'Escaped Alone' review or 'Are we dunking in our tea?'

Escaped Alone, Caryl Churchill
Royal Court Theatre, 2nd February 2016

Life often comes to mean something when we least expect it; a dream that feels disturbingly real, a slip of the tongue that holds some truth to it or a simple moment of happiness that sticks with you for a lifetime. This idea permeates Caryl Churchill’s latest peach of a play, ‘Escaped Alone’, which essentially involves four women chatting over tea in the garden, but has the whole of life bundled up in it. James Macdonald’s beautifully controlled production is a fierce sideways glance at life and the way in which joy and horror, banality and profundity, the beginning and end jostle side by side.

Miriam Buether’s set is gorgeous and clean and so intensely realistic (except for a delicate wire-mesh that frames the stage) that it feels very unrealistic indeed. We begin with the image of a fence that reaches across the stage, with a clear blue sky gleaming overhead. Linda Bassett’s Mrs Jarrett – a tough lady who looks like she takes stern walks before breakfast – hears her neighbours chatting behind the fence. She goes to join them (‘So I go in’) and the rest of the play unfolds in a garden packed with glistening grass, tumbling flowers and a rickety shed. It all feels archly believable yet weirdly crisp – especially that clean sky. It’s a set and a set-up that feels like it’s hiding something.

Mrs Jarrett joins a trio of older women (all over 70): the earnestly gushy Sally (Deborah Findlay), quiet Lena with hands clasped gently in her lap (Kika Markham) and the robust and rough-tongued Vi (June Watson). The three chat over tea and their dialogue is elliptical and choppy yet deeply thoughtful and rich with meaning too. Sentences, ideas and even songs are never completed and yet we begin to see the characters, lives and wealth of memories tied up in those choppy images, abrupt reflections and abandoned anecdotes. All the little things begin to mean something bigger.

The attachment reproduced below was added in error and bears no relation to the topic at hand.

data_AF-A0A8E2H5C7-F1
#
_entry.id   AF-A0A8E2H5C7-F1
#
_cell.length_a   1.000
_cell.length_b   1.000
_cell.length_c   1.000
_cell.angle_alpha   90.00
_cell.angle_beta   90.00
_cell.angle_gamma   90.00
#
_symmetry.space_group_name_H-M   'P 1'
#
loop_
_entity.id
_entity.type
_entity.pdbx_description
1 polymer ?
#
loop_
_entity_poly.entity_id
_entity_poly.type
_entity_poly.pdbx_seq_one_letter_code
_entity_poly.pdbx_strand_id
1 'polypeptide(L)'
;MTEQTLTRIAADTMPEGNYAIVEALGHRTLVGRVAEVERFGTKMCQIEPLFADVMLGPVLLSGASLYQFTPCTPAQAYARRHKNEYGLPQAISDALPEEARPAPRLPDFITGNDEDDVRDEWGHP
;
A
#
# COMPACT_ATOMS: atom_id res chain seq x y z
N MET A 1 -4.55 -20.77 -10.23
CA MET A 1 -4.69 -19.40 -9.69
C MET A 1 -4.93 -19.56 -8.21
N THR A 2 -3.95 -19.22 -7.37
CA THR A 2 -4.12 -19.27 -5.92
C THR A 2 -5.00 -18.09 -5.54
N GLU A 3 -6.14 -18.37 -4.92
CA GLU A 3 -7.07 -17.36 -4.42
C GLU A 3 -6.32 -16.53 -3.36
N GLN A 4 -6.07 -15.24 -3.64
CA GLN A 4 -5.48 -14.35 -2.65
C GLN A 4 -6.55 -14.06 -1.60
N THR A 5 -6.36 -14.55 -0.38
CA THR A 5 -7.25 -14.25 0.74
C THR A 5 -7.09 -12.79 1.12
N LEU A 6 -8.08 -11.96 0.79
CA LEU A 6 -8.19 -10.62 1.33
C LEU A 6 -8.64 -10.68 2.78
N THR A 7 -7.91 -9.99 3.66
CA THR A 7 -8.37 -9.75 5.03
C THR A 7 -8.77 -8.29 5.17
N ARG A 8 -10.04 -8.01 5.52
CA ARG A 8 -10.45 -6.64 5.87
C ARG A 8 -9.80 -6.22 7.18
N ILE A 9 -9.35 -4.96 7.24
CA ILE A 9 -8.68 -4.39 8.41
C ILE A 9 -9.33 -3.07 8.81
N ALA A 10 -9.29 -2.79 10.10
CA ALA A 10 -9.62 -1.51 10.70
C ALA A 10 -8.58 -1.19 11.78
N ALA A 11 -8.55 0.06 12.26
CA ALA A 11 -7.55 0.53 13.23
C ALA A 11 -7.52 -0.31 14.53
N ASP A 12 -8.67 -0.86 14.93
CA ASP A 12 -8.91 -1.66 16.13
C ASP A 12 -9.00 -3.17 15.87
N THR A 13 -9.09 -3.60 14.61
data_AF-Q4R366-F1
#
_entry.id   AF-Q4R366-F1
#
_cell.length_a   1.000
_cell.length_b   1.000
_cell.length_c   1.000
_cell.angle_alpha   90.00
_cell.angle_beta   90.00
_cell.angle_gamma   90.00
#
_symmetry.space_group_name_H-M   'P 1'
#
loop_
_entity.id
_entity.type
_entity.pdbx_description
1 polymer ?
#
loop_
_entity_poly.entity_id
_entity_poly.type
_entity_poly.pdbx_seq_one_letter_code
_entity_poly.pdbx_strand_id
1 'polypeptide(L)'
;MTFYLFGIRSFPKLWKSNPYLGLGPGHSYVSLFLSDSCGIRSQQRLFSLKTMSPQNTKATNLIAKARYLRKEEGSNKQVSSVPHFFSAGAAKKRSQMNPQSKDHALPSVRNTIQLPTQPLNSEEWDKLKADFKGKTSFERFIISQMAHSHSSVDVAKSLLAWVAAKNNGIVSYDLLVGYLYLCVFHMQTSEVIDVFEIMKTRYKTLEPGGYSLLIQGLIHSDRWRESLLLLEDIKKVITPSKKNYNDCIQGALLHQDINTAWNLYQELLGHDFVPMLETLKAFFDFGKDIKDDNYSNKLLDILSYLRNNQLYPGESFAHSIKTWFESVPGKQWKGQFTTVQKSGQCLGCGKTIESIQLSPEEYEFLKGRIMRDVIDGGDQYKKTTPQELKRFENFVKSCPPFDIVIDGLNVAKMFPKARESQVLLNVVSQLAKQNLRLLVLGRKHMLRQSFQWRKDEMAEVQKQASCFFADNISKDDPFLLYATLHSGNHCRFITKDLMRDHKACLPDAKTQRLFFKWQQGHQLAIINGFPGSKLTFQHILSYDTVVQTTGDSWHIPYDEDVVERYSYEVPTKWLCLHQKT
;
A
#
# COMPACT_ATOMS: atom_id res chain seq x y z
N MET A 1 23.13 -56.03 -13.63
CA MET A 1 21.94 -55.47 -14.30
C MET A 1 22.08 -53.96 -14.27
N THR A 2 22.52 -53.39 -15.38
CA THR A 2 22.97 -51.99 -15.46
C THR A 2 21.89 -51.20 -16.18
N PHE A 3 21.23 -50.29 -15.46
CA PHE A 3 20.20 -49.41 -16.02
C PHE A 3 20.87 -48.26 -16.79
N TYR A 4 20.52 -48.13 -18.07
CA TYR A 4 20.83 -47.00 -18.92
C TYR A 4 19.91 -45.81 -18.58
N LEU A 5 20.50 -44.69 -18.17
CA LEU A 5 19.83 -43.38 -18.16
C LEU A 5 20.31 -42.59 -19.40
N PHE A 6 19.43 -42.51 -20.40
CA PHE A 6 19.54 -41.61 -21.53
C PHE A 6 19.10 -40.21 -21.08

Threaded in between these light but loaded chats are strange (and very funny) apocalyptic interludes. The lights snap shut, the orange wire framework flickers brightly and Bassett steps forward and describes the end of the world. She does this seven times in total and, each time, the apocalypse is bought about by human greed or ignorance. Rock paid for by senior executives tumbles down and crushes towns whole. Overflowing bath-tubs bring about floods; cancer spreads through money and obese people sell their flesh to the starving masses. There’s something awfully beautiful about these bleeding transitions between the garden-based banter and lonely, apocalyptic riffs. The garden scenes never quite finish: a thought that hasn’t landed, a song that hasn’t finished or a sigh that hasn’t quite run out of puff are left hanging in the air, hovering behind Bassett’s gorgeously graphic descriptions of the end of the world. The beautiful and banal aspects of life – the thirst for life and drive towards death - carry out a strange and delicate dance with each other.

Alongside these catastrophic imaginings are tumbling monologues – mini personal apocalypses – from each of the women. The action freezes (as it does during the deadly blackouts) and one woman lets rip with a torrent of words, which reveals something essential yet vulnerable about themselves; a revelation that is as life-affirming as it is destructive. Findlay’s character Sally lets fly with the most extraordinary riff about her fear of her cats and her face, voice and body surges into life. This fear is the making and destruction of Sally’s soul. When Kika Markham’s time comes, Lena’s beatific smile hardens as we learn about her lifelong struggle with depression; and when Vi finally has her moment, we begin to understand that fear and sorrow lurk behind her aggression. With each explosive revelation the sky turns a different colour; harder and darker, lighter and brighter, stark and frightening. And so we watch these souls gradually reveal the best and worst of themselves, as the sky quietly changes colour overhead and the night draws in.